• This consumption increases upto four times in case of a diseased lung.
    • It was known to be the only element that supports respiration as early as 1800 and was first used in the medical field in 1810.
    • In the early to mid 20th century, oxygen therapy became rational and scientific and currently, modern medicine could not be practiced without the support of oxygen supplies and Covid-19 pandemic has highlighted its significance even more.
    • To transport it, oxygen needs to be compressed into a liquid to fit in a smaller, lighter tank and for that, it is cooled to a temperature of ?297 degrees Fahrenheit (?183 degrees Celsius).
    • Medical oxygen is used to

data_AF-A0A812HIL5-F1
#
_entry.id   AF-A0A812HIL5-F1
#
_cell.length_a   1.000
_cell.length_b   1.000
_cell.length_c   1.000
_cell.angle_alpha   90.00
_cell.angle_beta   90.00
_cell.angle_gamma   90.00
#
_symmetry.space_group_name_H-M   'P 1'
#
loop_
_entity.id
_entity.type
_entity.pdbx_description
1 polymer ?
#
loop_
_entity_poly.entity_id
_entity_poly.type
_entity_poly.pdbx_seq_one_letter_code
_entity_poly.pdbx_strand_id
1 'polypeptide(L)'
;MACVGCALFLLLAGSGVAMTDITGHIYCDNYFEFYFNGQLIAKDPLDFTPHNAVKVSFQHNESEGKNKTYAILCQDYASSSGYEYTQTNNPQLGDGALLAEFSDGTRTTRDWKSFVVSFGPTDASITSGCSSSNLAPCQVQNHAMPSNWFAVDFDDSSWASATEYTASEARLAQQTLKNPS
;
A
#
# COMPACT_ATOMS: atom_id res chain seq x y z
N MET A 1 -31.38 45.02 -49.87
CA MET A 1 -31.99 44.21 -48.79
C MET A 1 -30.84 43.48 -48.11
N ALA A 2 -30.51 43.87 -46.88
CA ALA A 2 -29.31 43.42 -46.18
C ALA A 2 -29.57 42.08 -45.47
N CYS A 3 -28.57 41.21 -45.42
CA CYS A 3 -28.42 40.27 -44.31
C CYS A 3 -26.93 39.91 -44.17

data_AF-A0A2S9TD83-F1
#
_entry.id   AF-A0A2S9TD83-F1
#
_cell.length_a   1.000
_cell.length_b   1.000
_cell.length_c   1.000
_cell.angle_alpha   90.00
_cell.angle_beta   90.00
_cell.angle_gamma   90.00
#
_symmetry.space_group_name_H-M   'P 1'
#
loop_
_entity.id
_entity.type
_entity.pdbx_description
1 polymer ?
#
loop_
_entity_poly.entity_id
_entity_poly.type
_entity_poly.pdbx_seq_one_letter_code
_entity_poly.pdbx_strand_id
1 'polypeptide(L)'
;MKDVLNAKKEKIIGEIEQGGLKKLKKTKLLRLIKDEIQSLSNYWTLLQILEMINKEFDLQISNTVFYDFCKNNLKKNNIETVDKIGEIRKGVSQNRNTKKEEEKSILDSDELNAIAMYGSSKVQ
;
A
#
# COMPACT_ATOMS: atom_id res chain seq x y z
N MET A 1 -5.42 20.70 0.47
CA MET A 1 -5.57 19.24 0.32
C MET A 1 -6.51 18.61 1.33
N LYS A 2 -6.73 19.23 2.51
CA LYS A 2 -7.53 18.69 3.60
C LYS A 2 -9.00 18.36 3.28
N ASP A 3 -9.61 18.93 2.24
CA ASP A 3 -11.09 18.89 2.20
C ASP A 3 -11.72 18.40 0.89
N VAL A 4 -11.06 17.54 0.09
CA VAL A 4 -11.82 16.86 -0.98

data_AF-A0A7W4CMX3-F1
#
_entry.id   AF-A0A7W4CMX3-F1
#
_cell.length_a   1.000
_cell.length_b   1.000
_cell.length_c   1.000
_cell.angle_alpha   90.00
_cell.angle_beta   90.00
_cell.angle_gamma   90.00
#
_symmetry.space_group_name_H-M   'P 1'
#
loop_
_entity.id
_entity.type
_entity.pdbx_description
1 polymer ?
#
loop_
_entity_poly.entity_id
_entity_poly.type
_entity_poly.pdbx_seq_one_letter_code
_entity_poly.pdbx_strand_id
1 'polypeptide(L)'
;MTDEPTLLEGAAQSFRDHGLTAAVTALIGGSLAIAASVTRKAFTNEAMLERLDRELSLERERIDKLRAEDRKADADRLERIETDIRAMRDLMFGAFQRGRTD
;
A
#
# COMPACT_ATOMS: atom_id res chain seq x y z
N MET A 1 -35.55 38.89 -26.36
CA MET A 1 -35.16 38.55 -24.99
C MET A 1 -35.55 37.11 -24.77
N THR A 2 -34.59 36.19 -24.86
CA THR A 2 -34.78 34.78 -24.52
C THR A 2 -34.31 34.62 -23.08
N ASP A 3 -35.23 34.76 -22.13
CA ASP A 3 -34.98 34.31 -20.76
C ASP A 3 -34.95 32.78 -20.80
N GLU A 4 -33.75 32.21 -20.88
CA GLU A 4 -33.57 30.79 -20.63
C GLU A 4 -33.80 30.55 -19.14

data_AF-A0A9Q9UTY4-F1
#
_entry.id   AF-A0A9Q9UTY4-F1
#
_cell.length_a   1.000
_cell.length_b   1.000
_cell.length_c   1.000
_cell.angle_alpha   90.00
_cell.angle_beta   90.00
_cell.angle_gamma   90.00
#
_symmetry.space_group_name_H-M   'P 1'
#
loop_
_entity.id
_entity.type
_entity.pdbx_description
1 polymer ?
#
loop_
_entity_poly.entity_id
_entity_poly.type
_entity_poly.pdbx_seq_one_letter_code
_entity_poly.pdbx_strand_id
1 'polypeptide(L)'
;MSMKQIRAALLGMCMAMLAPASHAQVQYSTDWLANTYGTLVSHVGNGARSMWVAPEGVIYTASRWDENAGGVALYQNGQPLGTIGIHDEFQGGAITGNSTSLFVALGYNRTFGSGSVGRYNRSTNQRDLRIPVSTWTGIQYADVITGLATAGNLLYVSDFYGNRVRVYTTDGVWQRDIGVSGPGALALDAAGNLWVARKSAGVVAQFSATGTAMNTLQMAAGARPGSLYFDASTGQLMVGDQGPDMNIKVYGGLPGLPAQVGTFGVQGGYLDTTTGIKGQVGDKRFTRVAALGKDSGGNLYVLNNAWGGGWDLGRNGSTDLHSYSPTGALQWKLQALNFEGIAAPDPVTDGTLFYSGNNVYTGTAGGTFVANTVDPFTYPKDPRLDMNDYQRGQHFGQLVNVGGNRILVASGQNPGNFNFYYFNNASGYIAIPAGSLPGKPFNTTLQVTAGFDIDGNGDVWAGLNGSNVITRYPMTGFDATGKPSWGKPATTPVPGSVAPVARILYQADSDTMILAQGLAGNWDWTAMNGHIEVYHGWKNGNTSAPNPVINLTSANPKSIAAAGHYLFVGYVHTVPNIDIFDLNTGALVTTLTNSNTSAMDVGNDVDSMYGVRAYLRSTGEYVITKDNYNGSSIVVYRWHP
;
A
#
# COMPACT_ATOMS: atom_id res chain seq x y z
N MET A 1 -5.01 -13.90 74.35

• Provide a basis for virtually all modern anaesthetic techniques.
      • Restore tissue oxygen tension by improving oxygen availability in a wide range of conditions like shock, severe hemorrhage, carbon monoxide poisoning, major trauma, cardiac/respiratory arrest, etc.
      • Aid resuscitation.
      • Provide life support for artificially ventilated patients.
      • Aid cardiovascular stability.
    • Also, industrial oxygen is used in factories for combustion, oxidation, cutting and chemical reactions. Its purity levels are inappropriate for human use.
      • However, post Covid-19 outbreak, industrial oxygen has been diverted for medical purposes in India after clearing the impurities.

    Need for Covid-19 Patients

    • Covid-19 virus causes inflammation in the lung that blocks the diffusion of oxygen and carbon dioxide.